3 Apr 2014

COMBAT CAMERA: FROM AUNTIE BEEB TO THE AFGHAN FRONTLINE.

COMBAT CAMERA: FROM AUNTIE BEEB TO THE AFGHAN FRONTLINE by CHRISTIAN HILL.

SOURCE: Received for review from publishers Alma Books (Click HERE for more information/to order book published April 2014 ).

May 2011, Afghanistan: Camp Bastion is under attack, The Sun's Defence Editor is about to catch the wrong helicopter, and a famous TV war reporter is missing half his kit and wants his trainers back. Amid the chaos, Christian Hill is preparing to lead his Combat Camera Team on the British Army's first big operation of the Helmand summer, inching through the IED-riddled fields of the notorious Green Zone, very probably getting shot at. A captain in the Media Operations Group, his job is to promote the war to the British media - and make it look like things are under control and getting better...
.... Outer back cover

FIRST SENTENCE {Part One: The Fighting Season}: At just after 7 a.m. on 19th May 2011, the Indirect Fire alarm started to sound at Camp Bastion.

MEMORABLE MOMENT {Page 56}: In a matter of hours I'd be going outside the wire for the first time, out on the ground out in the shit. Surrounded by snipers, IEDs and lumps of rotting flesh.....

MY THOUGHTS: Funny? Emm, yes. Sometimes very tongue in cheek but for the main part a rather dark almost 'gallows' like humour that might not appeal to everyone. Shocking? Most certainly. 

Though by no means my usual type of read, given that its publicity describes it as 'funny, offbeat, shocking and affectionate' I was intrigued enough to want to read Combat Camera.

From officer training at Sandhurst through a career in journalism to serving as a Team Leader for Combat Camera Christian Hill's memoir offers a unique insight into the military's media operations in Afghanistan at a time when the pull-out date for combat troops was drawing ever closer.

Insightful, thought provoking and extremely poignant, Mr Hill tells a very human, all too descriptive, story. And whilst not exactly what one would call an easy read (but then with its many descriptions of IED injuries it never was going to be) I was however pleasantly surprised at just how readable it actually was, of just how engrossed I actually became in events.

My only gripe ..... the 'footnotes'. Placed at the bottom of the page, they were incredibly small and given that many explained the use of the initials used to denote words I personally felt they would have been better at the back of the book where they were easily found should you have forgotten what they meant.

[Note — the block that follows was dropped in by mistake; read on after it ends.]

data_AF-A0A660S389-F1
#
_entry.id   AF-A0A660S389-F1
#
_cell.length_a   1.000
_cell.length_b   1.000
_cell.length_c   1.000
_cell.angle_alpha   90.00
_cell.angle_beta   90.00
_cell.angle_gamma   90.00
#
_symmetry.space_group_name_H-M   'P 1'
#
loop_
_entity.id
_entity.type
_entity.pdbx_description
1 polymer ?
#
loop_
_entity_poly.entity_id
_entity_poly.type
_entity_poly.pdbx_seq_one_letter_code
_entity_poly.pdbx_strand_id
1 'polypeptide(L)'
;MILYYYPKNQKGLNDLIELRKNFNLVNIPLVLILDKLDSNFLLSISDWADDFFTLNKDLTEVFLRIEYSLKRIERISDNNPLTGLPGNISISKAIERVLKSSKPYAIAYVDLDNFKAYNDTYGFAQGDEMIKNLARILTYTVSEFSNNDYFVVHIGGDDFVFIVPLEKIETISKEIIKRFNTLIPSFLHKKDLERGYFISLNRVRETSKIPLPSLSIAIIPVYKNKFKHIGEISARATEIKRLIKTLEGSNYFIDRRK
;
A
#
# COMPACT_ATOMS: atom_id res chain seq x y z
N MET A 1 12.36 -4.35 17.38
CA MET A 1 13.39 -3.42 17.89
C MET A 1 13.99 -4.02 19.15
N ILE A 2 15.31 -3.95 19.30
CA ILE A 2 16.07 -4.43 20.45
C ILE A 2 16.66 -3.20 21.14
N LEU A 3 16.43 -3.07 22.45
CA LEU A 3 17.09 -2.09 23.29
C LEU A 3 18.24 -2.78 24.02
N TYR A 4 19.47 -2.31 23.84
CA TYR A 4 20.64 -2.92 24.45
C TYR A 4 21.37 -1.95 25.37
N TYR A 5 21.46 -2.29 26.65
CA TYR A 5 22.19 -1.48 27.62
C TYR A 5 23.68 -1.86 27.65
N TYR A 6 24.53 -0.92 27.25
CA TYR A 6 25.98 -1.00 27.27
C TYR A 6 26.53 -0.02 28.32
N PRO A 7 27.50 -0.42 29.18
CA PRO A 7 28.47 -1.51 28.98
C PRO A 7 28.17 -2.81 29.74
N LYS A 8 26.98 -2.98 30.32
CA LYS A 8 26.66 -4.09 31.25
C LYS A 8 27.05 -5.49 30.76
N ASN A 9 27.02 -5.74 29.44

Copyright: Tracy Terry @ Pen and Paper. All original content on http://pettywitter.blogspot.co.uk/ is created by the website owner, including but not limited to text, design, code, images, photographs and videos are considered to be the Intellectual Property of the website owner, whether copyrighted or not, and are protected by DMCA Protection Services using the Digital Millennium Copyright Act Title 17 Chapter 512 (c)(3). Reproduction or re-publication of this content is prohibited without permission. In addition I would also urge that if you are reading this on any other page you contact the original blog owner/reviewer.
Disclaimer:  Read and reviewed on behalf of publishers, Alma Books, I was merely asked for my honest opinion, no financial compensation was asked for nor given.

13 comments:

Sherry Ellis said...

Was this a YA book or an adult book? It sounds interesting.

Tracy Terry said...

Definitely one for the adults. A bit bloody in places, there were some graphic descriptions of soldiers having had their legs amputated as the result of bomb blasts. Mind you it probably isn't any worse than some of the war games available for the play station etc.

Karen said...

I really like that sort of humor so this sounds good to me. A different take on a difficult situation.

Charlie (The Worm Hole) said...

That's good the only issue is the footnotes (maybe a glossary would've helped with the words?) I love the cover and the mix of humour and the reality of the war must make it quite appealing as a source of information.

Melissa (Books and Things) said...

Sounds like a good book. Don't think the footnotes would bother me that much. Thanks for the review!

Literary Feline said...

This sounds like an interesting book. My dad was in the service and fought in a war, so I'm always interested in books that deal with soldiers (doesn't matter the country).

Brian Joseph said...

This sounds different. It seems that this kind of"Gallows Humor" was more popular in stories of older conflicts and has not been too common as of late.

Stephanie Faris said...

Footnotes are not my friend! I find I usually don't read them...and, yes, they're usually far too tiny to see!

Camila Rafaela Felippi said...

Military stories are exciting! I read "From Baghdad, with love," which tells the story of a soldier who finds a puppy in a war.
And I don't like footnotes!

Have a good week!
Hugs

Kelly said...

My first thought was that I wouldn't like this, but your review might have changed my mind.

I do enjoy dark humor (so often we have to laugh rather than cry) and this might be an interesting way to approach the subject matter.

Yvonne@fiction-books said...

Hi Tracy,

Although I quite like 'dark humour', footnotes are a bit annoying but I can live with them, and the descriptions of injuries and battle missions would interest me ... I simply don't read memoirs ... so this wouldn't be one for me, even though I have great respect and admiration for the war correspondents, wherever in the world they may be reporting from.

Thanks for the interesting feature and have a good weekend,

Yvonne.

So many books, so little time said...

The footnotes would really bother me but otherwise it sounds like an interesting read.

Lainy http://www.alwaysreading.net

Naida said...

Definitely sounds interesting and shocking too.